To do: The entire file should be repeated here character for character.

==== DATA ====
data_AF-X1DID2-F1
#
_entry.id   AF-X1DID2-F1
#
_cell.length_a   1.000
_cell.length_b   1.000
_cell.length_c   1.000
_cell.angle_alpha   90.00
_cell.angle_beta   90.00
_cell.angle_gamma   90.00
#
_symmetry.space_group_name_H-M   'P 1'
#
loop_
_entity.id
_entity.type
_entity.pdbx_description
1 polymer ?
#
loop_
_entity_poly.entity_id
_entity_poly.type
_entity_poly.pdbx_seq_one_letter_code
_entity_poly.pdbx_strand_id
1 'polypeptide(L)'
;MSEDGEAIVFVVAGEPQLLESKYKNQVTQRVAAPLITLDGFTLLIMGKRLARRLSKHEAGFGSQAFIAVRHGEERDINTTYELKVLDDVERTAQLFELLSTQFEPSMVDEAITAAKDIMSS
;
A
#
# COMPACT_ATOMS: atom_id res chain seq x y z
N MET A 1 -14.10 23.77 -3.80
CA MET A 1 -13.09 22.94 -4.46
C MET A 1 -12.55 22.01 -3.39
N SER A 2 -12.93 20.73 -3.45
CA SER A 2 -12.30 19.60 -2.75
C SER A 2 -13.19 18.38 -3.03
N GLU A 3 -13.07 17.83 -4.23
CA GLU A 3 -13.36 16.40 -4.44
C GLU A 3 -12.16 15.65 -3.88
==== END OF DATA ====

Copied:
data_AF-X1DID2-F1
#
_entry.id   AF-X1DID2-F1
#
_cell.length_a   1.000
_cell.length_b   1.000
_cell.length_c   1.000
_cell.angle_alpha   90.00
_cell.angle_beta   90.00
_cell.angle_gamma   90.00
#
_symmetry.space_group_name_H-M   'P 1'
#
loop_
_entity.id
_entity.type
_entity.pdbx_description
1 polymer ?
#
loop_
_entity_poly.entity_id
_entity_poly.type
_entity_poly.pdbx_seq_one_letter_code
_entity_poly.pdbx_strand_id
1 'polypeptide(L)'
;MSEDGEAIVFVVAGEPQLLESKYKNQVTQRVAAPLITLDGFTLLIMGKRLARRLSKHEAGFGSQAFIAVRHGEERDINTTYELKVLDDVERTAQLFELLSTQFEPSMVDEAITAAKDIMSS
;
A
#
# COMPACT_ATOMS: atom_id res chain seq x y z
N MET A 1 -14.10 23.77 -3.80
CA MET A 1 -13.09 22.94 -4.46
C MET A 1 -12.55 22.01 -3.39
N SER A 2 -12.93 20.73 -3.45
CA SER A 2 -12.30 19.60 -2.75
C SER A 2 -13.19 18.38 -3.03
N GLU A 3 -13.07 17.83 -4.23
CA GLU A 3 -13.36 16.40 -4.44
C GLU A 3 -12.16 15.65 -3.88